The dispersion relation for the Transverse mode of electromagnetic radiation (pure sinusoid of frequency ) interacting with collision-less cold-plasma of electron-plasma frequency, , is in eq.2. When the electromagnetic radiation encounters the condition where , its wave-vector, and it cannot propagate into plasma beyond the critical density, .


However, if the intensity of the laser field is high enough such that it can cause the plasma electrons to undergo relativistic quiver oscillations, increasing their mass by the Lorentz factor, laser pulse can propagate beyond the critical density. This is called Relativistically Induced Transparency[1]. The Lorentz factor of the electrons quivering relativistically in the laser field is, . This relativistic electron mass increase thereby changes the plasma frequency to .

In the ChITA scheme frequency of the laser pulse is increased to enable the laser pulse to propagate further into the rising plasma density, with increasing resulting in the increase in electron fluid oscillation frequency, . If the laser frequency is increased such that the laser field can only be shielded by plasma electron fluid oscillating at a higher , then the laser with increasing frequency can propagate further longitudinally. We refer to this process as Chirp Induced Transparency. The control of the frequency rise is important to maintain resonance with plasma electron fluid, to enable optimal transfer of energy from laser to plasma electrons. The propagating critical layer which we refer to as snowplow is depleted of electrons which being pushed by the laser radiation-pressure pile-up in a steepened density just beyond the critical layer, giving rise to the snowplow electric-field. The propagating snowplow potential reflects and accelerates the protons and light ions ahead of it. We refer to this acceleration method as Chirp Induced Transparency Acceleration (ChITA).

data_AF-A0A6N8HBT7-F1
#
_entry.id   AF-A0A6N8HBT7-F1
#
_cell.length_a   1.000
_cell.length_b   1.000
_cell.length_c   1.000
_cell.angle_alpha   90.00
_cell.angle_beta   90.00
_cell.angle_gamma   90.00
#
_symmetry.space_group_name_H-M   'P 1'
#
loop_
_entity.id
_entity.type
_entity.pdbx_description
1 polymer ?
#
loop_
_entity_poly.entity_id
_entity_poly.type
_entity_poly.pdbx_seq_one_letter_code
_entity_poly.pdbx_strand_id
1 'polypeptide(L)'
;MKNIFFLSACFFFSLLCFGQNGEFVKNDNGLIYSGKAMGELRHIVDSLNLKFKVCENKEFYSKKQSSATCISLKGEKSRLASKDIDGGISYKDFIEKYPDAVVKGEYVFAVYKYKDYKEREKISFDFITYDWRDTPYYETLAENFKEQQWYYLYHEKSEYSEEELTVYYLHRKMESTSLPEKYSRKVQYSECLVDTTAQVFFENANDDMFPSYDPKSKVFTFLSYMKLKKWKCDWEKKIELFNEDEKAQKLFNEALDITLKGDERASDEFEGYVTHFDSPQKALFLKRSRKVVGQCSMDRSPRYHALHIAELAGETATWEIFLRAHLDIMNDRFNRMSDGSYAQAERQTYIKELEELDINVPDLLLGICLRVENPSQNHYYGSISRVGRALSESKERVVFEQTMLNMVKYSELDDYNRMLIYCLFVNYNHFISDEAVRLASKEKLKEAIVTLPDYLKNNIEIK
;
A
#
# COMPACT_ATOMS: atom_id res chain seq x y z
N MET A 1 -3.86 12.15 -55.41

The laser pulse incident at the plasma interface is assumed to be a long flat pulse with approximately 5 laser periods () in the rise and fall of the pulse. The laser pre-pulse (picoseconds to nanosecond long) creates the heavy-ion metal plasma by ablation. The diffusion of plasma away from metal-air interface over the pre-pulse time-scales creates the plasma density gradient, before the main pulse arrives.

The plasma density profile created by laser pre-pulse ablating the metallic foil (“over-dense” plasma) is assumed to be linearly rising with the rise-scale length of as in eq.3.


This model simplifies the analysis and understanding of the interaction process. The scale length can be experimentally controlled by varying the intensity and duration of the pre-pulse.

In consideration of the relativistic laser frequency-chirp (time varying frequency, ) and its interaction with the rising plasma-density gradient, the plasma frequency at the relativistically corrected critical density () is a function of space and time, as in eq.6.